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    1. Dad, children, an Impala, the desert, a space shuttle landing, awe. What a lovely American painting I see in my mind--Norman Rockwellish. Would that be prescient, imaginary or reverse exphrasis?

      Thank you for the vivid imagery, JB.

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  5. Also, I just noticed that the Write Stuff is covering the Right Stuff!

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  6. Great story, Marta. Graphic, and so very sad. You could never, ever forget the experience of seeing that tragedy. As a memoirist, I love how you refer to the passage of time from 1996 to now - with all of your life's ups and downs and in-betweens. There's a memoir, maybe several, in those words.

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    1. Thank you so much for your comments, Eileen. I know you read a lot of writing, so I am thrilled that I was able to engage your interest for a few minutes.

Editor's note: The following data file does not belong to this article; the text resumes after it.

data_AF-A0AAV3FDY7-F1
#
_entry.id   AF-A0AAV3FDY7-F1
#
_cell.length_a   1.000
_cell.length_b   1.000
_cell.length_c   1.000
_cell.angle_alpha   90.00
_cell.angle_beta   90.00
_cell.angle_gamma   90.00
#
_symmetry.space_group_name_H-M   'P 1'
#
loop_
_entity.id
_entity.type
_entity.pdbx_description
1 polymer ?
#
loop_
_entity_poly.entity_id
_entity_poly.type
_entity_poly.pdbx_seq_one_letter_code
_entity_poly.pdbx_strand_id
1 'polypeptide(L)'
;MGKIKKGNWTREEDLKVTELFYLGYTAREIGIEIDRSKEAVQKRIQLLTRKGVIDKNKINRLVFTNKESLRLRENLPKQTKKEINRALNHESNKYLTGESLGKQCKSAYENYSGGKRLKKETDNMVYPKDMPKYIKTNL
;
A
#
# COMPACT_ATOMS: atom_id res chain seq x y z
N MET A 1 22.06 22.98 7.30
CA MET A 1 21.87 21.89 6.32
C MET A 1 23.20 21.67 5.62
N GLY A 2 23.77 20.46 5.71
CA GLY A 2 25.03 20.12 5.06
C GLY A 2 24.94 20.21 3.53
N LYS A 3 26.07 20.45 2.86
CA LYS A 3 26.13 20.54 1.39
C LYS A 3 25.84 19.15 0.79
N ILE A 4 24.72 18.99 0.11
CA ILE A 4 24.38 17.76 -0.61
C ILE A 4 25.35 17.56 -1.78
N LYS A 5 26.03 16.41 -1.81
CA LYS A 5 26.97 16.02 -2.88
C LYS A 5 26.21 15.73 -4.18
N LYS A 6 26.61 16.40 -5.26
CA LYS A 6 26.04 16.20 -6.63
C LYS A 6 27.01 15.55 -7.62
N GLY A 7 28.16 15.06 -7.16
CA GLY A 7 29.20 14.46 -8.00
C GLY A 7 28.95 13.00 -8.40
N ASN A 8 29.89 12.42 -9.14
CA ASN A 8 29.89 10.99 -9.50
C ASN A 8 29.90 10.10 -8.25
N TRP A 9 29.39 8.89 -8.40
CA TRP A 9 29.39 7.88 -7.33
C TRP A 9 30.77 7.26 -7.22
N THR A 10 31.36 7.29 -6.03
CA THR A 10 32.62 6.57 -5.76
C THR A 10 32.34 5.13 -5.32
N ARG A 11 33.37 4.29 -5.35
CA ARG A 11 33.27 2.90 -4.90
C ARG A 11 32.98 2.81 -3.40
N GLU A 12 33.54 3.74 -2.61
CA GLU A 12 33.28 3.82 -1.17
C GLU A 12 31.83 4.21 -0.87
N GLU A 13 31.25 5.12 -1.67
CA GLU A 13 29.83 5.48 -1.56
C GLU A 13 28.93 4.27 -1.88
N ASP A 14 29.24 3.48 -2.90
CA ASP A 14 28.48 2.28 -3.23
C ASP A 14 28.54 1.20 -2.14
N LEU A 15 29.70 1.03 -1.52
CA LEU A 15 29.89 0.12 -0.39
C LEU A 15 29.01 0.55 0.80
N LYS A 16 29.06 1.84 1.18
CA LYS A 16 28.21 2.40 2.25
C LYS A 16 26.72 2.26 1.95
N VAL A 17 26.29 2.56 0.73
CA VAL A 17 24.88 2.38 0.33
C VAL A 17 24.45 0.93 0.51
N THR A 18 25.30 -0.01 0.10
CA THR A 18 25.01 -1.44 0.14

I love memoir and would love to live off of mine someday. Wouldn't we all?

      Thank you again.

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  7. A bittersweet ending to the space program. Robots on Mars will never generate the same enthusiasm as real people in space. America seems no longer interested in pushing the boundraries and sending people to explore the stars. Expenses be darned--if the interest was there, the government would find the money to finance it. I plan to see the shuttle when it gets settled in its new home at the science museum..